Over the years, it has been thought and established that all the information in our organism can be represented by two different forms present in the DNA and neurons. DNA is a long molecule that contains our unique genetic code and is stored in sequences of nucleic bases. In a simple way, DNA is like a recipe book that holds the instructions for making all the proteins in our bodies.
Human DNA is 99.9% identical from person to person. Although 0.1% is not a significant difference, it actually represents millions of different locations within the genome where this variation can occur, resulting in diverse human forms, personalities, behaviors, qualities, and defects.
On the other hand, this information is also found as temporal patterns of potentials of action within neurons. Neurons are considered unique cells that compose the neuronal system. Beyond being intricately branched, every second hundred of billions of electrical impulses called action potentials is transmitted in your body.
Potentials of action are the principal mechanism of communication between neurons. They transport information through their timing and frequency. Moreover, these electrical impulses are responsible for transmitting the information, being the initiator of body movement, and controlling our behavior.
It has been described by modern neuroscience that all behaviors are generated by brain activity. Furthermore, lifelong experiences are one of the subjective forms of behavior. For some people, memory forms the input for future behavior. The only thing that we keep from our experiences is the memories of those experiences. Therefore, how individuals remember the emotions from their experiences may be just as important as the experienced emotions themselves in guiding subsequent behavior.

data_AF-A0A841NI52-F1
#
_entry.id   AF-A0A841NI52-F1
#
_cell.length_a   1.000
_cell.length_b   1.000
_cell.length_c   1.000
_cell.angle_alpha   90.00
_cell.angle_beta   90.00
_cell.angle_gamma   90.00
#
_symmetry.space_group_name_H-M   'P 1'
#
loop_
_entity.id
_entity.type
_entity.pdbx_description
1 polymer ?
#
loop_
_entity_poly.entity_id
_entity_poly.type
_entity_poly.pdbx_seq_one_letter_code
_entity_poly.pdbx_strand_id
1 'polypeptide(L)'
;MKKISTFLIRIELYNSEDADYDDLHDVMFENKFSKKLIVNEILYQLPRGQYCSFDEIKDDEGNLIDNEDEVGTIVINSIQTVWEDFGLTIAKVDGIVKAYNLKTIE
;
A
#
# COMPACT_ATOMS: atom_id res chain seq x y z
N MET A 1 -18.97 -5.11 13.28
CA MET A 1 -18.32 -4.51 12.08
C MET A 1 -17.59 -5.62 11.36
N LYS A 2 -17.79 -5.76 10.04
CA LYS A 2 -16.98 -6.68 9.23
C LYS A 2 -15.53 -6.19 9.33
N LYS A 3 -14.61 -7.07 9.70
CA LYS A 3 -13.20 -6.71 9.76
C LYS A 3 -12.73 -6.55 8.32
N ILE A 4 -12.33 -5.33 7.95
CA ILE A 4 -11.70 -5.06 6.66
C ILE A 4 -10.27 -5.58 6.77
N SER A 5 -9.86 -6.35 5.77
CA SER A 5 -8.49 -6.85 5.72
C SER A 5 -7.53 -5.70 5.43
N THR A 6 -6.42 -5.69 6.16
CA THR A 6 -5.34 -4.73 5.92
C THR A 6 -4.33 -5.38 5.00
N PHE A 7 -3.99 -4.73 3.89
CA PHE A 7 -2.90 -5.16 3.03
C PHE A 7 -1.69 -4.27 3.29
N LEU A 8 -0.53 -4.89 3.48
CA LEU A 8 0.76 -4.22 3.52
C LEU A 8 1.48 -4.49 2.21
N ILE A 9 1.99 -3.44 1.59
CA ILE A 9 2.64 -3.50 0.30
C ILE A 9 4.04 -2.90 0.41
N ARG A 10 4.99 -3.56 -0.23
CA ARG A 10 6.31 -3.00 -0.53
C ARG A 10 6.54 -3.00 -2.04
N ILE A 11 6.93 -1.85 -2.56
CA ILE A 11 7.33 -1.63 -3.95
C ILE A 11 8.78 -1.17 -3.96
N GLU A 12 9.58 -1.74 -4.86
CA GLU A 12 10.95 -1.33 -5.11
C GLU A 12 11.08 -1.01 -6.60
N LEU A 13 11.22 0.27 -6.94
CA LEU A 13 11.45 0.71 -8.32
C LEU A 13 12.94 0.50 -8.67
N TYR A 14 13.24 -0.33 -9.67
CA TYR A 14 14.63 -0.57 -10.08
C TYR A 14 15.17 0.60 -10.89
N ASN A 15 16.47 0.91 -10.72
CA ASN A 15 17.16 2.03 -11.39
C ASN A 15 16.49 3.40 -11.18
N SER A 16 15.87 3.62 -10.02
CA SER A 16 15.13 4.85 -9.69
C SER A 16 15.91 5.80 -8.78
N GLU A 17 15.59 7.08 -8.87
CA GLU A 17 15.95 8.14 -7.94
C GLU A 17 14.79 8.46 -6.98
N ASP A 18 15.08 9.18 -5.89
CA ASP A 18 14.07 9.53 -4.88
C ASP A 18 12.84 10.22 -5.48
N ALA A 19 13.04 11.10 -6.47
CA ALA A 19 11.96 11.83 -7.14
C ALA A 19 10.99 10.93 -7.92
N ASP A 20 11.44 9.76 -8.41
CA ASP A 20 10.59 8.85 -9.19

Some experiences are more prominent and influential than others in your entire life. It is thought that recent experiences have the most significant impact on who we are in the present moment because they are the freshest memories in our minds. One important structure inside your brain, known as the hippocampus, plays a critical role in the formation, organization, and storage of new memories as well as connecting certain sensations and emotions to these memories.
The hippocampus is composed of dendritic spines, which are responsible for some fundamental processes that facilitate learning and memory. The genetic information, preserved as sequences of nucleotides within DNA, can be maintained for millions of years, passed from generation to generation.
The inheritance of DNA sequences reflects, in large part, the entire genetic history of life forms. However, what happens to a memory when a traumatic life event occurs, such as, for example, the death of a loved one, or when an individual has the onset of mental trauma or mental diseases, such as dementia or amnesia? To answer these questions, Michael Persinger and his colleagues conducted a study to explore new theories and hypotheses. During this work performed in 2008, the author proposed that during the approximately 15 to 30 minutes of electrical transmission, when the information is contained in the potentials of action and is transformed into memory within the dendritic synapses inside the hippocampus, this information is represented in an electromagnetic form present within the space occupied by the earth’s magnetic field.